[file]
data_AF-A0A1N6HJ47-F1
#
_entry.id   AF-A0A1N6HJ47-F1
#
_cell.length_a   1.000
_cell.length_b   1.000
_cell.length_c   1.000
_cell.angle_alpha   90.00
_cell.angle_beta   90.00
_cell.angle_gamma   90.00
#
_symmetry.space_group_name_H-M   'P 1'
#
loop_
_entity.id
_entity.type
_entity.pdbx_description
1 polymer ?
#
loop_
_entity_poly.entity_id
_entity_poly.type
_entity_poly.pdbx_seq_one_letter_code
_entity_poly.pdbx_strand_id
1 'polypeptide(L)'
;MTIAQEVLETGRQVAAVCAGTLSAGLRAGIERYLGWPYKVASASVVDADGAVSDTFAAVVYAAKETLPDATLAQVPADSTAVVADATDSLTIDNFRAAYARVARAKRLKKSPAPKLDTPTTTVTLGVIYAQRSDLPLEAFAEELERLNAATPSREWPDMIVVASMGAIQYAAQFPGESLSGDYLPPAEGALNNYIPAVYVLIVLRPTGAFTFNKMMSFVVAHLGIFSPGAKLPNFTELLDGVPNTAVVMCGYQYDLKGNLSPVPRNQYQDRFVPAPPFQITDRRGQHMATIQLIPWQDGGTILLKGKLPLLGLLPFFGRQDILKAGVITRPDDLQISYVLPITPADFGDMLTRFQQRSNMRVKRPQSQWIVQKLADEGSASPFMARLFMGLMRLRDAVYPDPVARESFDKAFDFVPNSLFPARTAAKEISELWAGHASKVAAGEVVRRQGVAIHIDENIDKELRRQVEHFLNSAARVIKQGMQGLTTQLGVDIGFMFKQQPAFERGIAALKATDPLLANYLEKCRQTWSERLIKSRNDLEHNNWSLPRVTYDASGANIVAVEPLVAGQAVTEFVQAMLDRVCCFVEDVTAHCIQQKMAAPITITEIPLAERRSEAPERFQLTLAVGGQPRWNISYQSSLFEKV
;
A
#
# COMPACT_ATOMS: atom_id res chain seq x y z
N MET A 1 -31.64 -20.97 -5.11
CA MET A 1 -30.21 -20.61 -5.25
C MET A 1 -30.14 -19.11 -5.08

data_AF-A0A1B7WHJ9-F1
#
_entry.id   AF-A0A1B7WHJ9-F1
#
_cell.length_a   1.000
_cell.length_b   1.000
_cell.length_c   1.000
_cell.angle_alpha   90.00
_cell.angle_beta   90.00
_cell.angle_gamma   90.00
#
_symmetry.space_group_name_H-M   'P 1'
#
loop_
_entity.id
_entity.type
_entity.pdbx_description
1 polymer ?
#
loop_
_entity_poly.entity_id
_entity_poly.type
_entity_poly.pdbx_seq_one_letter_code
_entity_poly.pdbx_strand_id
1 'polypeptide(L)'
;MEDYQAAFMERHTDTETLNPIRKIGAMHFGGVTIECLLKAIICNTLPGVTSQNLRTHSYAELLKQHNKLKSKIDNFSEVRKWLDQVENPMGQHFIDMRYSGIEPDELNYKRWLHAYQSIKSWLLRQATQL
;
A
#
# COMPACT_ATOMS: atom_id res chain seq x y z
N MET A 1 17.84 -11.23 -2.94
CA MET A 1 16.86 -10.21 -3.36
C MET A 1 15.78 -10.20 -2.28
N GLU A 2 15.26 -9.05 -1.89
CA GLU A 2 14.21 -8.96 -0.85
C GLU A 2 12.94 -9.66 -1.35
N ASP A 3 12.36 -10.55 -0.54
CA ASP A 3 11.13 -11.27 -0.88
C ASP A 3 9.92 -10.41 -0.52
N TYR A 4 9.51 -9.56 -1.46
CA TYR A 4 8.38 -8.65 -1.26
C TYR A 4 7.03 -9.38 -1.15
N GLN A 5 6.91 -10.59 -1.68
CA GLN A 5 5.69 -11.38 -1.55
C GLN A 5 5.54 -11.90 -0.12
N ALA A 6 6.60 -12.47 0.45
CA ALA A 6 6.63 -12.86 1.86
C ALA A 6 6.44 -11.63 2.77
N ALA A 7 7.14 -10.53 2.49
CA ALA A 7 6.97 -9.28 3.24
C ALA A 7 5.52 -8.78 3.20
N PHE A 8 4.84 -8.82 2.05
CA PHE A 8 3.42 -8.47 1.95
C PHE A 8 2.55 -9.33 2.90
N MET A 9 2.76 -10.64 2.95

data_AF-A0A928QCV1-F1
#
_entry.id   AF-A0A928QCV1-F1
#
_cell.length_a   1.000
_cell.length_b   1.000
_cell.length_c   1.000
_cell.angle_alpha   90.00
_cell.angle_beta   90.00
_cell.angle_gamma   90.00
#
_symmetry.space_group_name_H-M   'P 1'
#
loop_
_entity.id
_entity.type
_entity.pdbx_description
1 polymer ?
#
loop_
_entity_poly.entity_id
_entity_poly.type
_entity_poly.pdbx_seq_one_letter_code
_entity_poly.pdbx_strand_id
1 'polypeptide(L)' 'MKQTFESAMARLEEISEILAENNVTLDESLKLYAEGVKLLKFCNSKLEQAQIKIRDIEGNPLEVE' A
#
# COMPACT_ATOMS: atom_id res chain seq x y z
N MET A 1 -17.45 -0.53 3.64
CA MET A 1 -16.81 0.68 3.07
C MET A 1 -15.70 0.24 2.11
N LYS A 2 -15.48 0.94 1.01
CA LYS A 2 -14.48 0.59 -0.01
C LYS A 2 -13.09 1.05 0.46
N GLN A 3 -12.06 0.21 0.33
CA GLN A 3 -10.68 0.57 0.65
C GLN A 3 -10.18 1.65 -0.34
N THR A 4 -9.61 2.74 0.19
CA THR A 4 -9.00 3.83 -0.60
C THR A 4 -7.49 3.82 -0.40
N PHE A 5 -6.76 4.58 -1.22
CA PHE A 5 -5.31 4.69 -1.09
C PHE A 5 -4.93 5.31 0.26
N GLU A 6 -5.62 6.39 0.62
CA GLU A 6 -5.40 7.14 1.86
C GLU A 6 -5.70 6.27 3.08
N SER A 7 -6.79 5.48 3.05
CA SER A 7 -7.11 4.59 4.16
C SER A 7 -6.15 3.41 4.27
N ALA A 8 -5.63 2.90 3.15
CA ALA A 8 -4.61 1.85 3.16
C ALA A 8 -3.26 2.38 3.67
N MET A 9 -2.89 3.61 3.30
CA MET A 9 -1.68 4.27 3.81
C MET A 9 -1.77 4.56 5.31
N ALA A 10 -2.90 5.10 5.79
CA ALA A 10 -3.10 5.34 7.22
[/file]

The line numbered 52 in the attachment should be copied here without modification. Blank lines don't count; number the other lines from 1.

#